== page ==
Lisick (Everybody into the Pool: True Tales, 2005, etc.) devoted a year to various gurus in an attempt to self-actualize. She endeavored to become a Highly Effective Person under the auspices of Stephen Covey, to fortify her soul with Jack Canfield’s Chicken Soup, to get fit with Richard Simmons on a cruise ship, to straighten out her perilous finances with Suze Orman, to consistently discipline her young son with Thomas Phelan’s 1-2-3 Magic method, to figure out John Gray’s Mars/Venus gender dichotomy, and generally to live a better, happier life. It is to the reader’s great benefit that Lisick is: 1) a mess, 2) cynical and horrified of cheesiness, and C) effortlessly funny. Her visualizations didn’t go right, she didn’t have the right clothes for the ghastly seminars and on Simmons’s cruise she got high and made inappropriate advances to a surly young musician accompanying his mother. Lisick makes keen use of comic detail, as when she charts the deflation of Simmons’s hair over the course of the cruise. She is tough on the well-paid experts, but fair, sincerely laboring to suspend her skepticism and game to put their advice into action. Some of it works: A home-organization expert helps Lisick’s family emerge from their chaotic clutter, and Phelan’s discipline strategy tames her truculent toddler. But of course the book is funniest when things don’t go so well. The author’s revulsion over Gray’s retrograde sexual stereotypes (and disturbingly smooth, buffed appearance) is palpable and highly amusing. Her articulate hatred of the anodyne platitudes in Julia Cameron’s The Artist’s Way provides a tonic for anyone dismayed by fuzzy New Age smugness. None of that from Lisick, who is sharp, irreverent and endearingly screwed-up. Her experiment may not have solved all of her problems, but she got an enjoyable book out of it.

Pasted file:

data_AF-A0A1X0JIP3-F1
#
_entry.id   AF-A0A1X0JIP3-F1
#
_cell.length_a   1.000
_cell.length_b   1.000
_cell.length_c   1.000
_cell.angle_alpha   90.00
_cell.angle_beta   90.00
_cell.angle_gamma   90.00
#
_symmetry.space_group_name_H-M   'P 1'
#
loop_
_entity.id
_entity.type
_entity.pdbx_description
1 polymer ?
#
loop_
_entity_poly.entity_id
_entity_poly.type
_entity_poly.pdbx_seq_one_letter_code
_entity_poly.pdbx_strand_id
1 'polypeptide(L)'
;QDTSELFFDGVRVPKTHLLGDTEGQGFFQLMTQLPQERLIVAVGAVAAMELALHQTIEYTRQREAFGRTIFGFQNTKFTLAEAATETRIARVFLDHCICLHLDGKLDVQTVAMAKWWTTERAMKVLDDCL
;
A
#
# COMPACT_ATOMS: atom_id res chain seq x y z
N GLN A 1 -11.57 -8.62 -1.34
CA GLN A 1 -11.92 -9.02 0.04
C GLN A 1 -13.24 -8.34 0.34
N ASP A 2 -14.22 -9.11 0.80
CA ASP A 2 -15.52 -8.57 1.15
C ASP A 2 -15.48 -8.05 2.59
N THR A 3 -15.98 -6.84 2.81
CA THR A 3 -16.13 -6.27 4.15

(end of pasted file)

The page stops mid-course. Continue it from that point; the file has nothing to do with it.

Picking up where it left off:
Funny, perceptive and surprisingly open-hearted under the cynicism.
Esquire editor-at-large Jacobs, who read the entire 2002 Encyclopedia Britannica for The Know-It-All (2004), embarks on his second lofty exploit: a year of living the Bible “as literally as possible.”